If the Tampa Bay Rays can’t make Ybor City work as the spot for a new stadium, there is an alternative that makes a lot of sense.
Derby Lane could be the answer.
The dog racing industry in Florida will be dead in about two years, thanks to Amendment 13, approved by 69 percent of voters last month. Derby Lane sits on a large tract of land just off the Gandy Bridge in St. Petersburg.
St. Petersburg officials have let it be known it will be much easier to pay for a stadium on their side of Tampa Bay, and building at Derby Lane makes travel to Rays game a bit easier for Hillsborough County residents.
Now, let’s be honest.
Derby Lane is not ideal. If it was, the Rays would have chosen it as a preferred site instead of Ybor. But it sits much closer to the center of the market than the current Tropicana Field site, and location has been the Rays’ ongoing problem from the start.
That’s why they chose Ybor City. It’s in the center of the region and backs up to all the downtown office buildings; the better to sell corporate season tickets. And even though popular opinion is that the Ybor deal is dead following the developments Tuesday, I’m still not prepared to go quite that far — although it’s obvious they’re bringing in the cardio paddles and shouting “CLEAR!
Put it this way: Deals have been dead before but have sprung back to life.
There was an interesting subliminal message about financing in the letter Tuesday from MLB Commissioner Rob Manfred regarding the Ybor proposal. Manfred declared the Rays need a firm commitment of “at least $475 million” in public money, and that’s the thing to watch going forward.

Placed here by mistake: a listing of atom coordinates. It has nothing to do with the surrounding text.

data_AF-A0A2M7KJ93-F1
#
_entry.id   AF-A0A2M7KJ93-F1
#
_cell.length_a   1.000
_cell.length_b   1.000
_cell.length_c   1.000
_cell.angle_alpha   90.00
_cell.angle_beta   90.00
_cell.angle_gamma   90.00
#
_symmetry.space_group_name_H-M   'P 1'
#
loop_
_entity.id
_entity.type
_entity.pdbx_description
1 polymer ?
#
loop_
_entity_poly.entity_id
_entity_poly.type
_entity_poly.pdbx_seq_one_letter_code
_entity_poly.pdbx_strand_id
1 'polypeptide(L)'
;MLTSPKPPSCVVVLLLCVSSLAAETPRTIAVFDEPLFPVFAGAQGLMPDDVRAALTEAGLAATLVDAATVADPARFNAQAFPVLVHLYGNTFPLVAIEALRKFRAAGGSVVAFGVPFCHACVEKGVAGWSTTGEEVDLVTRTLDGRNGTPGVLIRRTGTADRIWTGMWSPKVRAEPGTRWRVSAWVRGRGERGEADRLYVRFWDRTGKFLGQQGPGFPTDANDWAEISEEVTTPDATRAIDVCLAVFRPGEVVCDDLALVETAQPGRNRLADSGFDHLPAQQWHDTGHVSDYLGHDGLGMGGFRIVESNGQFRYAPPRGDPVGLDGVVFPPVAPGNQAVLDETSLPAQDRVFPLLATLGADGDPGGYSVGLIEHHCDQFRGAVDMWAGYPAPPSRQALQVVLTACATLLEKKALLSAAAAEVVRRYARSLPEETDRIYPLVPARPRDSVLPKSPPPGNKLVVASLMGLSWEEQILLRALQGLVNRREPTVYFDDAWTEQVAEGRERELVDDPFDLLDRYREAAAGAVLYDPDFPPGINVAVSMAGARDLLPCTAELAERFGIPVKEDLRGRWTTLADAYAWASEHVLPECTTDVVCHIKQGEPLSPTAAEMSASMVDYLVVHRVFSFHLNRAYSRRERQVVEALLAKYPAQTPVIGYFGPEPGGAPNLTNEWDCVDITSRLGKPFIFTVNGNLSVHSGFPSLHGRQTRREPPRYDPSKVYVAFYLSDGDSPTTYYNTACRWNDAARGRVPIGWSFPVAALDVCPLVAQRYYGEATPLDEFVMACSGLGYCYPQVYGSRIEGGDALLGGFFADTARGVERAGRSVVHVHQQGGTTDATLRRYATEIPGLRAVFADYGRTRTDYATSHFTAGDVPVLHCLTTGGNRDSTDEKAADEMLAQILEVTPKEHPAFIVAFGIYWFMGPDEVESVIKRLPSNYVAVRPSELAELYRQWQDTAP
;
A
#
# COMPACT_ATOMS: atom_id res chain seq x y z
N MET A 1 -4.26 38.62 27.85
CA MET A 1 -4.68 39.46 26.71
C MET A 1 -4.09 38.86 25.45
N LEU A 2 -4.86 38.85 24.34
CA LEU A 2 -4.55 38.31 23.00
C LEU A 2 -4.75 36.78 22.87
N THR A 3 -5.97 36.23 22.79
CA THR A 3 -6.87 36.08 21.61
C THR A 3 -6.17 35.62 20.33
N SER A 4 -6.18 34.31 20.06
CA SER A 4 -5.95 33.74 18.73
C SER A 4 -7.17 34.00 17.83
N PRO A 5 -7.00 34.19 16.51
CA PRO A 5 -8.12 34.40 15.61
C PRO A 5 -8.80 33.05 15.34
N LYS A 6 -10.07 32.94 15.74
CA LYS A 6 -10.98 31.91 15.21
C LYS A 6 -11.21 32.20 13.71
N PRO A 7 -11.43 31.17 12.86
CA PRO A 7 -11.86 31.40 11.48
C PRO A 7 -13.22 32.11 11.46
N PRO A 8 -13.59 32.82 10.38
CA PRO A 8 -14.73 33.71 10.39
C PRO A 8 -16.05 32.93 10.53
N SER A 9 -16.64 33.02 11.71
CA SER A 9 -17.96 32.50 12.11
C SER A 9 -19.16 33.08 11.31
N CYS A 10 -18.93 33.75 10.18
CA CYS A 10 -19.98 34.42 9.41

Local officials have been adamant that the Rays pay half the $892 million Ybor stadium, and the figure Manfred used seems to show that’s a deal-breaker for MLB.
But like I said, things have been dead before.
If the Ybor deal stays dead, then Derby Lane could be a real option, even if it would be a shotgun marriage of sorts.
While it doesn’t fit the Rays desire for an urban ballpark setting like Baltimore’s Camden Yards, it does cut travel times significantly for fans in South Tampa, Brandon, and the exploding population in southern Hillsborough County.
With major road improvements taking place along Gandy Boulevard in Tampa, travel to a Derby Lane stadium could be even smoother by the time a ballpark is ready five years from now.
The location wouldn’t do much for fans in northern Pinellas and Hillsborough, but if Ybor is a no-go, this might be the best alternative.
In my opinion, building anywhere near the current site of Tropicana Field would be folly of the highest rank, and I don’t believe the Rays would approve such an idea anyway.
Remember, the Rays also kicked the tires on potential locations in the West Shore area of Tampa, but they run into the same financing problems there that they had in Ybor.
There also was talk about sites near the Florida State Fairgrounds, but that runs into the same issue that exists with Tropicana Field — a ballpark at a far end of the market.
Nope. That doesn’t work.
If Ybor can’t be salvaged and the Rays want to stay in Tampa Bay (and they say they do), Derby Lane just might be their best bet.